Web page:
Our training is hands-on, but what that means has changed through the years we’ve run Drupal training. Now you’re just as likely to see learners drawing on paper, collaborating with someone, giving a quick demo, or of course, working hard on their computers. I was reminded of this recently looking at some photos of a client training by our partner, Cegeka with Laurens Vandeput, Senior Drupal developer and team coach. Such simple tools are a key component of our technical training.
The passenger problem
Have you ever arrived somewhere but you were not sure “how” because someone else was driving?
Our first Drupal 6 training courses were filled with exercise after exercise, all based within the Drupal environment itself. We’d run people through a string of tutorials, so certainly, you could say it was hands-on, but people left not quite knowing how all the elements fit together. A common thread in early feedback was: “I got the sample site done, but I don’t know quite how we got there”. I call this the “passenger problem.”
We soon started with review activities using sample mock-ups from imaginary client sites as points of discussion. This allows participants to apply their new techniques and vocabulary to novel situations. The given mock-ups are useful, but allowing people to draw their own is also lots of fun.
A great technology: Paper and pen!
We use drawing exercises for example, in the Site Building course, by asking people to create a data model, or draw an input form. We use drawing in the Panels course to come up with ideas for layouts.
Using paper in technical training allows people’s imaginations to exceed what they know, and start setting small personal goals. If learning is bridging the gap between what you KNOW to what you DON’T know, paper is a helpful tool to allow each individual learner find their personal learning gaps. It's great when a learner can start with a mock-up with no idea of how they could do that in Drupal, and by the end of a session or tutorial they can achieve their own plans. That is a very satisfying and personal experience.
A mock-up or model on paper also allows the instructor to understand a learner’s ideas better. It provides a way to assess a learner’s comprehension. Do they understand how Drupal works? Are they applying the concepts correctly?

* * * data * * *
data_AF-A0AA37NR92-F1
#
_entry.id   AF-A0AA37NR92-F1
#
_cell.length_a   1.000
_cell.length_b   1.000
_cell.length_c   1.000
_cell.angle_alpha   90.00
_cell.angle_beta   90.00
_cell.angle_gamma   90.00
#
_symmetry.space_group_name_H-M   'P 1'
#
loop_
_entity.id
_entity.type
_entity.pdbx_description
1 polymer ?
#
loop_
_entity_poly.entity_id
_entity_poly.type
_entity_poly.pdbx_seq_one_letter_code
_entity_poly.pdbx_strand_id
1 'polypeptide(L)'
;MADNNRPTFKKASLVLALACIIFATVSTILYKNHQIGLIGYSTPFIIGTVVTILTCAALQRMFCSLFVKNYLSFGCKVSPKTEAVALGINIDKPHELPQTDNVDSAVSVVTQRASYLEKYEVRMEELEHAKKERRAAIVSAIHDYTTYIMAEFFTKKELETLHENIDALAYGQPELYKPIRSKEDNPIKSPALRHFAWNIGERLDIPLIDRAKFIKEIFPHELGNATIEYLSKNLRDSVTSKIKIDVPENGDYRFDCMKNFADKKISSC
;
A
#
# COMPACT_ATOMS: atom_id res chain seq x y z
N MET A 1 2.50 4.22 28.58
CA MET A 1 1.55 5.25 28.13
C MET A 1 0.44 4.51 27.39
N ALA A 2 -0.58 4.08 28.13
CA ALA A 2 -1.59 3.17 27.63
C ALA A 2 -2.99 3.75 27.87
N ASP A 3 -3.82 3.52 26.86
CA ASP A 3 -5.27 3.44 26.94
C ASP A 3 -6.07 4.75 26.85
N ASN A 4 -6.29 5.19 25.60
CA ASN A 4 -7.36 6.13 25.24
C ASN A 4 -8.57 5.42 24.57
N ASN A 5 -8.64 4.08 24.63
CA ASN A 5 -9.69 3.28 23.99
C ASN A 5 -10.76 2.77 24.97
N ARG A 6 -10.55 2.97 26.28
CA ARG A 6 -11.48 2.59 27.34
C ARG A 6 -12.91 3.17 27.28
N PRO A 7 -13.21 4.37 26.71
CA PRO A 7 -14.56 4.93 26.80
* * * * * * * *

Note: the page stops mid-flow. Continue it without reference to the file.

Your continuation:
These kinds of activities give time for learners to internalize what they are learning, and synthesize disparate concepts into a whole system they can comprehend.
Connecting the dots
Configuring Drupal can be a challenge. Drupal is highly abstracted, making it very flexible and allowing for reuse of generic components. New Drupal developers find this highly-abstracted system a challenge to learn when compared to other all-in-one solutions. This can be more confusing... At first!
My favorite example is event handling. With Drupal 7, we don't have an all-in-one "event" module as other systems might have. Instead, you configure content types and fields to make custom forms to save data. Then, you configure calendar display. This means you may need to use 4 or 5 modules instead of one to create event handling on your site.
However, once you know those fundamental modules well, you can build more functionality with the same tools. Staff profiles and lists, suggested content lists, or complex multi-part forms can be built off of the same flexible 4 modules. The same techniques you learned to model event data and content input can be applied to many different situations.
The permutations and possibilities are seemingly endless with Drupal.
This is why we provide training through our partner program. Partners have the subject matter expertise, providing on-the-spot answers to learner's questions. We find that they can provide the specific advice and experience which helps learners get pointed in the right direction.
Please check out our Drupal training events calendar to find out when our partners are holding events.
All photos in this post copyright Laurens Vandeput at Cegeka
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